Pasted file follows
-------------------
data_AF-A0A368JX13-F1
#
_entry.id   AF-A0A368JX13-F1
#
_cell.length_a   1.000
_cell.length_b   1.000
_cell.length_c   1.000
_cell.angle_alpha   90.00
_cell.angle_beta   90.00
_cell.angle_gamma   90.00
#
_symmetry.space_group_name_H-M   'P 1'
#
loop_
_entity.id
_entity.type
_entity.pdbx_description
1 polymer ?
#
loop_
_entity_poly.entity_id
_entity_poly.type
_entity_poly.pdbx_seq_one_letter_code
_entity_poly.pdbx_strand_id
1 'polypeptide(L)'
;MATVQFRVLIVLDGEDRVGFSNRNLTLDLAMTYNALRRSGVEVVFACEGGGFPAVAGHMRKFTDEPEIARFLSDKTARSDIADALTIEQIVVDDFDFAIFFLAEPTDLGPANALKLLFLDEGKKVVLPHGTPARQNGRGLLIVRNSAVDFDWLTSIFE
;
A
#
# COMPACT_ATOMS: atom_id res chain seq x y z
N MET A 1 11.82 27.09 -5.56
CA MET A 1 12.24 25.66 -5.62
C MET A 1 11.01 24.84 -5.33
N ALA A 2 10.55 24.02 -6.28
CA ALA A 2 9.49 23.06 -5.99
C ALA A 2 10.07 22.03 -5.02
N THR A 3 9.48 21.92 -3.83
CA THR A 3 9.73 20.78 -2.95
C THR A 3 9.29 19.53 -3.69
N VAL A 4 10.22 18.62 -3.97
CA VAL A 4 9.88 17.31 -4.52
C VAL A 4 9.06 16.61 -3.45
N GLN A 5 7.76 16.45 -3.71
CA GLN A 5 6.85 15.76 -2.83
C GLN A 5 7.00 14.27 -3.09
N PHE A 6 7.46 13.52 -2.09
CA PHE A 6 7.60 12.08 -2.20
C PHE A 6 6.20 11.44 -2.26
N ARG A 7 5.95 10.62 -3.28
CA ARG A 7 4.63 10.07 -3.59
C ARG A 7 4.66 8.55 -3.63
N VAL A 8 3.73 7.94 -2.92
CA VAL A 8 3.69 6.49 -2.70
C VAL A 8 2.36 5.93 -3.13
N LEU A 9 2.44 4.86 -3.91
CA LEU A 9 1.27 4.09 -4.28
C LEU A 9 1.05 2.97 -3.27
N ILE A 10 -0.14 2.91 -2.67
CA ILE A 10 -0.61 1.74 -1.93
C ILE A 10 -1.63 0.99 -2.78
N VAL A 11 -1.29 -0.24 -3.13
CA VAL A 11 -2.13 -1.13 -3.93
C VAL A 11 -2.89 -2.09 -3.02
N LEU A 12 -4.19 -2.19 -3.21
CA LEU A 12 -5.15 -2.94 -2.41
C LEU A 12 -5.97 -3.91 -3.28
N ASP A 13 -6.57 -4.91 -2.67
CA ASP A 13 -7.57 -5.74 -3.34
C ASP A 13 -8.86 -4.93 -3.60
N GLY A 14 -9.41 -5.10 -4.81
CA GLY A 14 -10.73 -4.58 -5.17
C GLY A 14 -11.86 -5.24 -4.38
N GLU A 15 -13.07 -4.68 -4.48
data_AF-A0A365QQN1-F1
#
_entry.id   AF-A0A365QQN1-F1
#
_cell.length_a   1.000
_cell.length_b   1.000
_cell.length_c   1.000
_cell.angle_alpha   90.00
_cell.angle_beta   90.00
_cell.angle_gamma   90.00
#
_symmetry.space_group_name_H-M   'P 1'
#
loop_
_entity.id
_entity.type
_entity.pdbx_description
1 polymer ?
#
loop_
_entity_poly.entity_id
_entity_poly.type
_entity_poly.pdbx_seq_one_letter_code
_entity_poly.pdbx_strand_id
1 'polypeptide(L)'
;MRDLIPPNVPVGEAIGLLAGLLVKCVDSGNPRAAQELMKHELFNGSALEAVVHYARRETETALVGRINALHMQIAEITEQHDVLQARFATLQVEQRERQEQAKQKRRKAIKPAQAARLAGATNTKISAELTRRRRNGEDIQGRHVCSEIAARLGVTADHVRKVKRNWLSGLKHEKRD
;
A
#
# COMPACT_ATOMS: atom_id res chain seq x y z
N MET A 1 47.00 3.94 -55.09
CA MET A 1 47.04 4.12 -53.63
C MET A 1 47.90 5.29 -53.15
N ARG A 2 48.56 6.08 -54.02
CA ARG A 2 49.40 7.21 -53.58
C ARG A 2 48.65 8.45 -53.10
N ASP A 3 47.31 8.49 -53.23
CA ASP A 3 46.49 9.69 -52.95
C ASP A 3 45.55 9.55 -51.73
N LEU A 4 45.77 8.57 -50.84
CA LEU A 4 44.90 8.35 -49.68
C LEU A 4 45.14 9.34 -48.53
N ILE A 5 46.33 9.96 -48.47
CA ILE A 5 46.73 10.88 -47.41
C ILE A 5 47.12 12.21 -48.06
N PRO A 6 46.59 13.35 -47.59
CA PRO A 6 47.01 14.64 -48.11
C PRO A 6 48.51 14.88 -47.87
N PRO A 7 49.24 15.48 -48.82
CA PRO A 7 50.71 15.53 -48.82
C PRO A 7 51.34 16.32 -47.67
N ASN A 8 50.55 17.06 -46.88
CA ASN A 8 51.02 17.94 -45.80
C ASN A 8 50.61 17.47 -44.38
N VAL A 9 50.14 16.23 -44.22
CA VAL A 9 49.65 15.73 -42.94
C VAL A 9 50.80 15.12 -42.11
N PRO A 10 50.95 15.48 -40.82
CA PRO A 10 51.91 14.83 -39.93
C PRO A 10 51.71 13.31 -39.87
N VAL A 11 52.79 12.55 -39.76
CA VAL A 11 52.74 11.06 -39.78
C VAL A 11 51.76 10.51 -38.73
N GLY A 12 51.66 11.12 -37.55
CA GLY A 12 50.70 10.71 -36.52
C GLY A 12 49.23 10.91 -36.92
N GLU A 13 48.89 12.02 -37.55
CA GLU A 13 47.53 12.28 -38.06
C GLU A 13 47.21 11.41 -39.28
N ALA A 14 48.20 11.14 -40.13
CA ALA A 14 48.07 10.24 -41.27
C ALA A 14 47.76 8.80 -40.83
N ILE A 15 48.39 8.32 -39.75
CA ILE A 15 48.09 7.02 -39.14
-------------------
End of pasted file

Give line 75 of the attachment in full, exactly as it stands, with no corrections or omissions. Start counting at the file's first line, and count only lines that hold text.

#